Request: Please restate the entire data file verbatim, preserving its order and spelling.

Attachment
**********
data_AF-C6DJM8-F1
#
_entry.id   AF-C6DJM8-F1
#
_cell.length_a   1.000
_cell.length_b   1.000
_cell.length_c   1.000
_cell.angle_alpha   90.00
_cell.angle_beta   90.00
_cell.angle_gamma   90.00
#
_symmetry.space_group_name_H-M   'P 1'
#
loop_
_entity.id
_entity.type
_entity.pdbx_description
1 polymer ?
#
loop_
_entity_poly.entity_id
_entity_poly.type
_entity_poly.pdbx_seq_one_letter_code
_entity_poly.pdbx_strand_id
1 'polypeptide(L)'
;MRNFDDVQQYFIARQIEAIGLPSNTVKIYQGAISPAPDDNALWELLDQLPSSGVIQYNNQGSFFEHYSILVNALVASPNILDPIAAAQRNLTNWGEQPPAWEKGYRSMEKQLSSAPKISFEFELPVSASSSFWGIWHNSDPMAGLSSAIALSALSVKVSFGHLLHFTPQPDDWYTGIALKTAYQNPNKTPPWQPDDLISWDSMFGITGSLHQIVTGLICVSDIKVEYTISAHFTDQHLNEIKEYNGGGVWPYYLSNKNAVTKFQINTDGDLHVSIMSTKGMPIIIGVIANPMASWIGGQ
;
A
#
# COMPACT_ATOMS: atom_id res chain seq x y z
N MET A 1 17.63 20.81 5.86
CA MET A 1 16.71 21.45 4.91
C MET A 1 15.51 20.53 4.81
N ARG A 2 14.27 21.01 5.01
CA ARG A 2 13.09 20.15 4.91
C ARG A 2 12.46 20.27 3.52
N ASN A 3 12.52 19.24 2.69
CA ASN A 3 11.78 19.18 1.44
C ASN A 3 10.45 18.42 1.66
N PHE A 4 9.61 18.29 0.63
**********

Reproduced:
data_AF-C6DJM8-F1
#
_entry.id   AF-C6DJM8-F1
#
_cell.length_a   1.000
_cell.length_b   1.000
_cell.length_c   1.000
_cell.angle_alpha   90.00
_cell.angle_beta   90.00
_cell.angle_gamma   90.00
#
_symmetry.space_group_name_H-M   'P 1'
#
loop_
_entity.id
_entity.type
_entity.pdbx_description
1 polymer ?
#
loop_
_entity_poly.entity_id
_entity_poly.type
_entity_poly.pdbx_seq_one_letter_code
_entity_poly.pdbx_strand_id
1 'polypeptide(L)'
;MRNFDDVQQYFIARQIEAIGLPSNTVKIYQGAISPAPDDNALWELLDQLPSSGVIQYNNQGSFFEHYSILVNALVASPNILDPIAAAQRNLTNWGEQPPAWEKGYRSMEKQLSSAPKISFEFELPVSASSSFWGIWHNSDPMAGLSSAIALSALSVKVSFGHLLHFTPQPDDWYTGIALKTAYQNPNKTPPWQPDDLISWDSMFGITGSLHQIVTGLICVSDIKVEYTISAHFTDQHLNEIKEYNGGGVWPYYLSNKNAVTKFQINTDGDLHVSIMSTKGMPIIIGVIANPMASWIGGQ
;
A
#
# COMPACT_ATOMS: atom_id res chain seq x y z
N MET A 1 17.63 20.81 5.86
CA MET A 1 16.71 21.45 4.91
C MET A 1 15.51 20.53 4.81
N ARG A 2 14.27 21.01 5.01
CA ARG A 2 13.09 20.15 4.91
C ARG A 2 12.46 20.27 3.52
N ASN A 3 12.52 19.24 2.69
CA ASN A 3 11.78 19.18 1.44
C ASN A 3 10.45 18.42 1.66
N PHE A 4 9.61 18.29 0.63